retain effective reporting.
Research Questions: Magnitude of the Problem
How many companies disclose material weaknesses in
internal control? Glass Lewis & Co. found that
1,118 U.S. companies and 90 foreign companies—one of every
12 companies with U.S. listed securities—filed a total of
1,342 material weakness disclosures in 2006. Furthermore, 97 U.S.
companies voluntarily disclosed significant deficiencies in 2006,
down from 116 in 2005 (see “The Materially Weak,”
Yellow Card Trend Alert, February 27, 2007). This total
includes both SEC registrants currently required to have integrated
audits, and those not so required. Companies that were required
to disclose section 404 material weaknesses in 2006 reported 35%
fewer material weaknesses than in 2005, while companies voluntarily
disclosing such weaknesses reported 20% more. Exhibit
1, using data from the Glass Lewis & Co. study, shows
material-weakness disclosures by stock exchange. Compliance
Week added to the analysis, finding that while the number
of companies that cannot meet filing deadlines may have risen
in the second year of SOX compliance, fewer companies reported
problems with internal controls.
How many companies have received an adverse opinion
on internal control? Glass Lewis & Co. reports
that in 2005, the first year of SOX section 404 audits, 16% of
companies received adverse opinions from independent auditors.
In 2006, the second year, 11% of companies received adverse opinions.
Do companies that disclose material weaknesses in
internal control differ systematically from those that do not?
A number of studies have reported relatively comparable
results as to the nature of companies that reported material weaknesses.
While subject to many exceptions, on average, they are younger,
smaller in size, growing more rapidly, and less profitable than
companies that do not report material weaknesses. Research also
finds that they often have more-complex structures (e.g., involve
multiple segments and foreign currency), and are more likely to
be audited by a large national firm. (Some of the research findings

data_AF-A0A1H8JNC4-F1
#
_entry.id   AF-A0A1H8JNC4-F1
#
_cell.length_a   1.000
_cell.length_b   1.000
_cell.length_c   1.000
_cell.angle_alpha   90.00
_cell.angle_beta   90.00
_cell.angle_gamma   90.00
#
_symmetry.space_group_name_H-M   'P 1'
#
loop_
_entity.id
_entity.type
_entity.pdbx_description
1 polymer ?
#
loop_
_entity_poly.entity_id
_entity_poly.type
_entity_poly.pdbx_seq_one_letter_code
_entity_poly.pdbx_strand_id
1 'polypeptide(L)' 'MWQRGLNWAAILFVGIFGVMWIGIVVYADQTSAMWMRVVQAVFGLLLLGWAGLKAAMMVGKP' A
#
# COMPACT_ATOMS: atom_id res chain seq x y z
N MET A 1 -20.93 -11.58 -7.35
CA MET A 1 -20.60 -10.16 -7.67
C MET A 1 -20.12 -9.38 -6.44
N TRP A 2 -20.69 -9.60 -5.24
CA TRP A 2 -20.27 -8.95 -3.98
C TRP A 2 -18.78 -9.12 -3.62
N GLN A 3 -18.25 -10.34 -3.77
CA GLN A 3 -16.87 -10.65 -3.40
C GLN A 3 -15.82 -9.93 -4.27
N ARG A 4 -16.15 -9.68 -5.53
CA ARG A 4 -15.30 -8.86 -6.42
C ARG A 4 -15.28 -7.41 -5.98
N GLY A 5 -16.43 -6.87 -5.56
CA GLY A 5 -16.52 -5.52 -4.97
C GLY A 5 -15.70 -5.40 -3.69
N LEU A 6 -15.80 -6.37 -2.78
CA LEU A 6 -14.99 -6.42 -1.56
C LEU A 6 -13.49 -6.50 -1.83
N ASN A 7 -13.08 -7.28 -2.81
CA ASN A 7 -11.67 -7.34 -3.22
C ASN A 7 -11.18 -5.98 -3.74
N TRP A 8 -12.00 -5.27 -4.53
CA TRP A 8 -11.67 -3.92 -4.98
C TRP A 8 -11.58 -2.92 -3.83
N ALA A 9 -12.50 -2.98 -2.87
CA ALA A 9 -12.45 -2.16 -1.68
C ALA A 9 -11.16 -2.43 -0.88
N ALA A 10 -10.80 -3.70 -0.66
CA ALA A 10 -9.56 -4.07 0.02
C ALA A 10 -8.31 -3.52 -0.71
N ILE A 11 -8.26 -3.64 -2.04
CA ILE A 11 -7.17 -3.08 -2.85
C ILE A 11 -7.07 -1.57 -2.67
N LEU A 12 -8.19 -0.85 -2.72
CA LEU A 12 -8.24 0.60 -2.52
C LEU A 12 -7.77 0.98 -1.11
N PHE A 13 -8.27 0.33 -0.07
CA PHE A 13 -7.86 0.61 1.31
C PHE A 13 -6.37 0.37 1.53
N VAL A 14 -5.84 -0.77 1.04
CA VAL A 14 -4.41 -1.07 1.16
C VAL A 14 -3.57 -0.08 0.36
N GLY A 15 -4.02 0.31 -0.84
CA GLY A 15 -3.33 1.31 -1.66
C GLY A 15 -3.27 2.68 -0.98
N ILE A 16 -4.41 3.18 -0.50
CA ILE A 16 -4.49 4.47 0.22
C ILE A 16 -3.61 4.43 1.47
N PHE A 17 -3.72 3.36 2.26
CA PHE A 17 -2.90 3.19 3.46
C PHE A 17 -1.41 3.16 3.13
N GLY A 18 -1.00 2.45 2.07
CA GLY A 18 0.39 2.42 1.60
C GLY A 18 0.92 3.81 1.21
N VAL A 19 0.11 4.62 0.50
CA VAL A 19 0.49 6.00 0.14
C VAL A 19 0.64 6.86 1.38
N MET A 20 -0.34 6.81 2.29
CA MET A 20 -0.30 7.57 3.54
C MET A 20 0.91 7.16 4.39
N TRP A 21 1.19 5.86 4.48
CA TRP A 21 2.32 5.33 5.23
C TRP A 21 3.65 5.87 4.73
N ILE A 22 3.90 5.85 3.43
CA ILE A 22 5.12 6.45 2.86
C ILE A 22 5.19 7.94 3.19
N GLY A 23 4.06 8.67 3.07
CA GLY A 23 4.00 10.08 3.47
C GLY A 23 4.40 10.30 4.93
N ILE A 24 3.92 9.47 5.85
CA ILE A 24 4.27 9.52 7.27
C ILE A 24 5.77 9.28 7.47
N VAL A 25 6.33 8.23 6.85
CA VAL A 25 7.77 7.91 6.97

relied on multiple regression analysis.)
Research Questions: Cause and Effect
What specific issues have resulted in material weaknesses?
Although researchers summarize material weaknesses in varying
2 provides a summary of the accounting, internal control,
and other issues most commonly resulting in material weaknesses.
During 2006, improper accounting for stock options was the most
frequent accounting issue, as contrasted to lease accounting in
2005. Nonroutine transactions (the PCAOB’s examples include
taking physical inventory, calculating depreciation expense, and
adjusting for foreign currencies) were the most frequent internal
control issues in both years. In addition, the period-end closing
process also frequently represented a material weakness.
How likely is it that companies reporting material
weaknesses will restate their financial statements due to accounting
errors? Restatements for accounting errors occur
when material errors existing in financial statements are not
detected by either internal controls or external auditors prior
to the issuance of the financial statements. Internal control
plays an important role in preventing material errors (and restatements)
Glass Lewis & Co. (“The Errors of Their Ways,”
Yellow Card Trend Alert, February 27, 2007) reported
that, of a total of 1,420 restatements made by U.S. companies
in 2006, 685 also disclosed material weakness within one year
(either before or after) of restatement. Of those 685 companies
the material weakness was disclosed as follows:
- 277 before the restatement;
- 297 after the restatement;
- 111 both before and after restatement.
The reported data are consistent with the “Special Comment”
by Moody’s Investors Service (“The Second Year of
Section 404 Reporting on Internal Control,” May 2006), which
concluded that material weakness reports are often lagging indicators
of financial statement problems, undermining their usefulness
to users of financial statements.
Similar findings were reported by Audit Analytics, which performed
an analysis of nearly 3,000 filings and found that material year-end
adjustments and restatements of financial statements served as
predictors of a material weakness.
Do identified material weaknesses increase the cost
of audits and delay audit reports? The limited research
available suggests that the answer in both cases is yes: when
material weaknesses are identified, the cost of an audit increases,
as does the time to complete the audit. Companies with control
deficiencies in personnel, inadequate segregation of duties, and
problems with the closing process experience longer delays.
Research Questions: Investor Impact
Do investors care about material weaknesses in internal
control? One might expect the answer of “some
do and some don’t,” and there is undoubtedly some
validity to this position. Yet, researchers need a more objective
way to address questions about whether the disclosure of particular
information (such as a material weakness) matters to investors.
Researchers examine whether the information in question affects
the market price of a company’s stock. They calculate the
difference between the actual return for a stock and the market
as a whole around the date on which the information becomes publicly
available, and determine whether there is an abnormal return for
In the case of a material weakness, that information may become
available through a number of means, although most frequently
it is through SEC forms 8-K, 10-Q, or 10-K, depending in part
upon the timing. One would expect a negative market reaction to